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Triptolide inhibits IL-12/IL-23 expression in APCs via CCAAT/enhancer-binding protein alpha.

TitleTriptolide inhibits IL-12/IL-23 expression in APCs via CCAAT/enhancer-binding protein alpha.
Publication TypeJournal Article
Year of Publication2010
AuthorsZhang Y, Ma X
JournalJ Immunol
Volume184
Issue7
Pagination3866-77
Date Published2010 Apr 01
ISSN1550-6606
KeywordsAnimals, Antigen-Presenting Cells, CCAAT-Enhancer-Binding Protein-alpha, Diterpenes, Electrophoretic Mobility Shift Assay, Enzyme-Linked Immunosorbent Assay, Epoxy Compounds, Gene Expression, Humans, Immunodominant Epitopes, Immunosuppressive Agents, Interleukin-12, Interleukin-23, Mice, Mice, Knockout, Oligonucleotide Array Sequence Analysis, Peptide Fragments, Phenanthrenes, Promoter Regions, Genetic, Reverse Transcriptase Polymerase Chain Reaction, Transfection
Abstract

Triptolide is a biologically active component purified from Chinese herbal plant Tripterygium wilfordii Hook F. It is widely used in East Asia for treatment of systemic lupus erythematosus, rheumatoid arthritis, nephritis, Bechect's disease, psoriasis, atopic dermatitis, and asthma. However, its immunological mechanisms are poorly understood. IL-12 and IL-23 are closely related heterodimeric cytokines that share the common subunit p40. They are produced by APCs and are key factors in the generation and effector functions of Th1 and Th17 cells, respectively. They have been strongly implicated in the pathogenesis of several autoimmune disorders. In this study, we investigated the molecular mechanism whereby triptolide inhibits the expression of the p40 gene in APCs. We demonstrate that triptolide does so at the transcriptional level in part through targeting CCAAT/enhancer-binding protein-alpha (C/EBPalpha), which directly interacts with the p40 promoter and inhibits its transcription in inflammatory macrophages. Triptolide can activate the transcription of C/EBPalpha, and phosphorylation of Ser21 and Thr222/226 critical for C/EBPalpha inhibition of p40. Further, activation of C/EBPalpha by triptolide is dependent on upstream kinases ERK1/2 and Akt-GSK3beta. This study provides mechanistic insights into the immunomodulatory capacity of triptolide and has strong implications for its therapeutic applications in autoimmune diseases.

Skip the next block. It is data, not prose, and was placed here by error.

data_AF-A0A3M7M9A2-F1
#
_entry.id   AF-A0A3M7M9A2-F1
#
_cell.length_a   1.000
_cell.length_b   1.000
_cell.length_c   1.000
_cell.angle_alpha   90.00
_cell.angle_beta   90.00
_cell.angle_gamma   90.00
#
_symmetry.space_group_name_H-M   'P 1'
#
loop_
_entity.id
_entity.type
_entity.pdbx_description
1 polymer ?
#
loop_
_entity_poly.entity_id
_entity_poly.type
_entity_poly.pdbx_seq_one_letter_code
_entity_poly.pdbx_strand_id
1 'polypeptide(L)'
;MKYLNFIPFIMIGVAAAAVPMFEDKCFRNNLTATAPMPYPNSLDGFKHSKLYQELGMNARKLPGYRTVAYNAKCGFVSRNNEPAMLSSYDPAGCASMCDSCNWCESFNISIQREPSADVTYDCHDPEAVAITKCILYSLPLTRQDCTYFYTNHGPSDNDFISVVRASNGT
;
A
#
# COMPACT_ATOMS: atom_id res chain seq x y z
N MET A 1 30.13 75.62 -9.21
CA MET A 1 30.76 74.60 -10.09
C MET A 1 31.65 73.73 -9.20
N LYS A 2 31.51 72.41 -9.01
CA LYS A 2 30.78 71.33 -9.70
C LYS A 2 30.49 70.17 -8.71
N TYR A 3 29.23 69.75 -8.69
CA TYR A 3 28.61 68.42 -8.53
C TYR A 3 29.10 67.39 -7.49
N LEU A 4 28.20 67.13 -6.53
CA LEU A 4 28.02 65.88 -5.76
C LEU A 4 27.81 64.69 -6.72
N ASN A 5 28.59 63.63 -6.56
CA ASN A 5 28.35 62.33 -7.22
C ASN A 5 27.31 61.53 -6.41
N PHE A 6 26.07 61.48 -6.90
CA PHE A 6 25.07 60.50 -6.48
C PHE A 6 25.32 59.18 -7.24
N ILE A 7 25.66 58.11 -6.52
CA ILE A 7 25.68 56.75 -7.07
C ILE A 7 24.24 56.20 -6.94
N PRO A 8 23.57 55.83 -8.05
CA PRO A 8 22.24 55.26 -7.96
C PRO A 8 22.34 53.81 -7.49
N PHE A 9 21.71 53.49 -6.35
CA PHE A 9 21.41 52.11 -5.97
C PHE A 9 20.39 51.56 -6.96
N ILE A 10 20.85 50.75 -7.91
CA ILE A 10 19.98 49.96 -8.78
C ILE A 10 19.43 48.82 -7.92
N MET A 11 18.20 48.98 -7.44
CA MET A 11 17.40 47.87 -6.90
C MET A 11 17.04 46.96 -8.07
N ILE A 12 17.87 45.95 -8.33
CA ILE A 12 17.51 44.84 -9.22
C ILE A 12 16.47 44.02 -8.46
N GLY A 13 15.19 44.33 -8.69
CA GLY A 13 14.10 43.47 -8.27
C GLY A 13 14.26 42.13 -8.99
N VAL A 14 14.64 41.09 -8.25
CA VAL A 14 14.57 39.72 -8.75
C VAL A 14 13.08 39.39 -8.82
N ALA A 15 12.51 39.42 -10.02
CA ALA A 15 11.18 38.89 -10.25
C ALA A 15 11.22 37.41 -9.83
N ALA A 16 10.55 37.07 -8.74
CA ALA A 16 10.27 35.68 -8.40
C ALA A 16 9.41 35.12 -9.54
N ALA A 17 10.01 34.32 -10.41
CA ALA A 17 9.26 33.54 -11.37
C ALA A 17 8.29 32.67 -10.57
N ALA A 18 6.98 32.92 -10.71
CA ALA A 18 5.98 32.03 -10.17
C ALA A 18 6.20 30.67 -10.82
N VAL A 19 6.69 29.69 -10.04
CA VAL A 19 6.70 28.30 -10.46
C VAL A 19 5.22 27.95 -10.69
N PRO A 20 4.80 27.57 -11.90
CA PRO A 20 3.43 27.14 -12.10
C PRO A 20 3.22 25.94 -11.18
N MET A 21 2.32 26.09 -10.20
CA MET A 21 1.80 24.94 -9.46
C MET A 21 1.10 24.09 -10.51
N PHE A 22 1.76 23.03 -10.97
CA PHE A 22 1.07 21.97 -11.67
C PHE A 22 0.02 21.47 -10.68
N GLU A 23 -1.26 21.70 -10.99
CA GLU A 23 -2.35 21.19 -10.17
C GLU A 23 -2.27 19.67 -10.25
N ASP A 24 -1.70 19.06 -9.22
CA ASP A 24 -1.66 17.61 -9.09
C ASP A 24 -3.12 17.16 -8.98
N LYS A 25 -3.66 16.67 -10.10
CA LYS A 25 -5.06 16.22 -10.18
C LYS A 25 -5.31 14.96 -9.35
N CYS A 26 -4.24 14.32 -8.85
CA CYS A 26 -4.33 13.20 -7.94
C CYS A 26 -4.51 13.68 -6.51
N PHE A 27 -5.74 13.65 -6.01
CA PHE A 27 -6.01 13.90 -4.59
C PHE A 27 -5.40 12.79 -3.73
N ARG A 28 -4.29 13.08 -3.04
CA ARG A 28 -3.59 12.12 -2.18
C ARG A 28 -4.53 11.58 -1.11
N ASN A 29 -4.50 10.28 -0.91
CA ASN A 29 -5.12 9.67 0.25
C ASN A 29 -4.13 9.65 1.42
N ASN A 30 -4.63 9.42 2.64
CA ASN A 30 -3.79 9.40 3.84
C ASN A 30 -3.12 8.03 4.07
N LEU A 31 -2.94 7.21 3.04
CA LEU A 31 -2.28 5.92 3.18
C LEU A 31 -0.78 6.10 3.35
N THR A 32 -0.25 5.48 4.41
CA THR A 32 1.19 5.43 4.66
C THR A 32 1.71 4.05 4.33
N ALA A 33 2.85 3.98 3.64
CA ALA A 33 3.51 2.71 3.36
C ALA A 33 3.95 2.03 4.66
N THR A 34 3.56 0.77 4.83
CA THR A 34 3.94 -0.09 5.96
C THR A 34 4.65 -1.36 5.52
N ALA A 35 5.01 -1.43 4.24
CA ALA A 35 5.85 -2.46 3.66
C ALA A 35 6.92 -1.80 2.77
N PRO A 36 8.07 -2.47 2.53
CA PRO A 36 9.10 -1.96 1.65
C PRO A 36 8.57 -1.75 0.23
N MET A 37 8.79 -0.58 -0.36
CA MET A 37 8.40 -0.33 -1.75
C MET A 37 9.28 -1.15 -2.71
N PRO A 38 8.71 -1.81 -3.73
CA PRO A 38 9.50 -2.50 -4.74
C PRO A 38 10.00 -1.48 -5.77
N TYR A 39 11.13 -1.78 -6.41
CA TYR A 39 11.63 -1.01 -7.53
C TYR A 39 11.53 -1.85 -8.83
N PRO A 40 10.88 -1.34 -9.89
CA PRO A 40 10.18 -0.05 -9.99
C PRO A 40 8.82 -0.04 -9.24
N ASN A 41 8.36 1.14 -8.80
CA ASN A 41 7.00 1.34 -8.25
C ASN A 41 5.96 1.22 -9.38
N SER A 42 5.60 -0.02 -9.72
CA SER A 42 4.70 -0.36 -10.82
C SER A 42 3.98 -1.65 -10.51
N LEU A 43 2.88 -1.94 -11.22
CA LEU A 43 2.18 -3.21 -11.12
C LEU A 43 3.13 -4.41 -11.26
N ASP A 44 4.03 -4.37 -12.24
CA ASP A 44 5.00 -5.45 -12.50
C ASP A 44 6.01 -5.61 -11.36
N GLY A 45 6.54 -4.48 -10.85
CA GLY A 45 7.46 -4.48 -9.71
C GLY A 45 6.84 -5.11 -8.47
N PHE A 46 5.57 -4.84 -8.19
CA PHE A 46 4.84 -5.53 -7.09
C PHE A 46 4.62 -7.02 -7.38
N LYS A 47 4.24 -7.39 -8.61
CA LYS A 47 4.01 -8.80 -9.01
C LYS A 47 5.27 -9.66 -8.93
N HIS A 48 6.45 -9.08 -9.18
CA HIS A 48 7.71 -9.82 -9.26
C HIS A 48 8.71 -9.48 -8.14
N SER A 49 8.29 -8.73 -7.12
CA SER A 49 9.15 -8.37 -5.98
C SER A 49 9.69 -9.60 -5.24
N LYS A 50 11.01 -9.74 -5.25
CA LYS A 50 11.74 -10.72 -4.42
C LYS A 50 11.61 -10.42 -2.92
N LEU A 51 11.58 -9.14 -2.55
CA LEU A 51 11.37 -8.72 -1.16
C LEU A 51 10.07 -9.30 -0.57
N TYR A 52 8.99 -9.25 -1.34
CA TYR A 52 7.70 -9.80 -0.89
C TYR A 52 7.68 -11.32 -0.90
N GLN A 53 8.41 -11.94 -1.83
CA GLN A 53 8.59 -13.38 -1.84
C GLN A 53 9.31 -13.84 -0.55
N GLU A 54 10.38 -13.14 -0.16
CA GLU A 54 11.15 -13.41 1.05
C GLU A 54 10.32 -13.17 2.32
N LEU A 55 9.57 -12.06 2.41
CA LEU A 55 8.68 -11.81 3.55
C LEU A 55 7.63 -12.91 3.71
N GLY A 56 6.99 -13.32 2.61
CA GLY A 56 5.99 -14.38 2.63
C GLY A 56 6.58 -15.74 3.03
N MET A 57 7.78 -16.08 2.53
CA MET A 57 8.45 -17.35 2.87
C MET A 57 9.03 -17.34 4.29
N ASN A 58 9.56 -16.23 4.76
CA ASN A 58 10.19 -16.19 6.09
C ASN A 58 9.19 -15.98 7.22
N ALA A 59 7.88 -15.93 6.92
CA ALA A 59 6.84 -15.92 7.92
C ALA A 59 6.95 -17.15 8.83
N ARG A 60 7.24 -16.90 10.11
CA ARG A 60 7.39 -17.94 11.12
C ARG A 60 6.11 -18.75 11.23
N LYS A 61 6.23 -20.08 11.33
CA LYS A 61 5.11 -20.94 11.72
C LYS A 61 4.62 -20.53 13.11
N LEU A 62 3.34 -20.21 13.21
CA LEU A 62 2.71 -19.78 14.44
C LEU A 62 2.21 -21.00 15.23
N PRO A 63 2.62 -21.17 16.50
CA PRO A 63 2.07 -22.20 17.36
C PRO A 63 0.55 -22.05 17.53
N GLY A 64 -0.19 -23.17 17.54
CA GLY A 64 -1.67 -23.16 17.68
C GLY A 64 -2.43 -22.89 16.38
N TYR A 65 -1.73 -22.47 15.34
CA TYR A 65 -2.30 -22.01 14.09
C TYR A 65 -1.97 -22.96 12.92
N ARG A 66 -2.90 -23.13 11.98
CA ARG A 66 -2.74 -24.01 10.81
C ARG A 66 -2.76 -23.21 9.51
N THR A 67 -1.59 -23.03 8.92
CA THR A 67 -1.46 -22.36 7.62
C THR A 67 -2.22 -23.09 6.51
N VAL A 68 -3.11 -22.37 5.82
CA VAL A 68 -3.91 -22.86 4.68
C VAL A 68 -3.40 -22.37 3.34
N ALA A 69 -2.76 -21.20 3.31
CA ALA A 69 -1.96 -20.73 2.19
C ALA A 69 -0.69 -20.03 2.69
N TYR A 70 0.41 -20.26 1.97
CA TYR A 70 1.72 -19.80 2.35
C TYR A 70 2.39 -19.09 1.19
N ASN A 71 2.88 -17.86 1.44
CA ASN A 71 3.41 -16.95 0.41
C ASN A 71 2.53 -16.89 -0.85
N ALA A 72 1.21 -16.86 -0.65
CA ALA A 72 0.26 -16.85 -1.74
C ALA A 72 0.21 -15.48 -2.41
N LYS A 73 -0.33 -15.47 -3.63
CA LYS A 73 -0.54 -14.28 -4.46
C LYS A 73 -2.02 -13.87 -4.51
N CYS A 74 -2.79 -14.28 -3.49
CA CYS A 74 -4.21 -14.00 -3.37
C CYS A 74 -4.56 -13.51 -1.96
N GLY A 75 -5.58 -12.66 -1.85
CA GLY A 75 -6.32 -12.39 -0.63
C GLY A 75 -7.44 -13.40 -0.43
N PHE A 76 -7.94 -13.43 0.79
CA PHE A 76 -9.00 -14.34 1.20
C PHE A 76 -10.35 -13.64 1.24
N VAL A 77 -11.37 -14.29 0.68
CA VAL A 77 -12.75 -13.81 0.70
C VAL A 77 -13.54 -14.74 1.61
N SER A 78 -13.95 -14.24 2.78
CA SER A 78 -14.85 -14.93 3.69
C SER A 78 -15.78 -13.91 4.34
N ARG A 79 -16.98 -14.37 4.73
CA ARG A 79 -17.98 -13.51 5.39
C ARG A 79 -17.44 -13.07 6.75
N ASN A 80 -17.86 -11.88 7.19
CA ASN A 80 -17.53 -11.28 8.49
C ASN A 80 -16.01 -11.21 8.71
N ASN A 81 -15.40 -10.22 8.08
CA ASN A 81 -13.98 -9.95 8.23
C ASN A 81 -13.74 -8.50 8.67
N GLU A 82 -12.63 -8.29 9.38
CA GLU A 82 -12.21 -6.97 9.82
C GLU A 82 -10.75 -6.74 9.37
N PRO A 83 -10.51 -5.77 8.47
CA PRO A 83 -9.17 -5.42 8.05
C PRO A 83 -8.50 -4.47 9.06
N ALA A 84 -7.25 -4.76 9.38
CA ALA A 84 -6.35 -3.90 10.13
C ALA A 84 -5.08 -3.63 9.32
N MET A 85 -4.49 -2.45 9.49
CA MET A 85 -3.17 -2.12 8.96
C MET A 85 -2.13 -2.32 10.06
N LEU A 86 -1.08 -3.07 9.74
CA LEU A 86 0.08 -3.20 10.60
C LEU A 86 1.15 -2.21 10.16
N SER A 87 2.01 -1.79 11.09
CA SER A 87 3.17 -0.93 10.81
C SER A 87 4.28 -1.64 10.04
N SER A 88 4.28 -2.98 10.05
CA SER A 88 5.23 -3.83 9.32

DOI10.4049/jimmunol.0903417
Alternate JournalJ Immunol
PubMed ID20194724
PubMed Central IDPMC2965075
Grant ListR21 AT004349-02 / AT / NCCIH NIH HHS / United States
R01 CA100223 / CA / NCI NIH HHS / United States
R21 AT004349-01 / AT / NCCIH NIH HHS / United States
R01 CA100223-01A1 / CA / NCI NIH HHS / United States
R21 AT004349 / AT / NCCIH NIH HHS / United States

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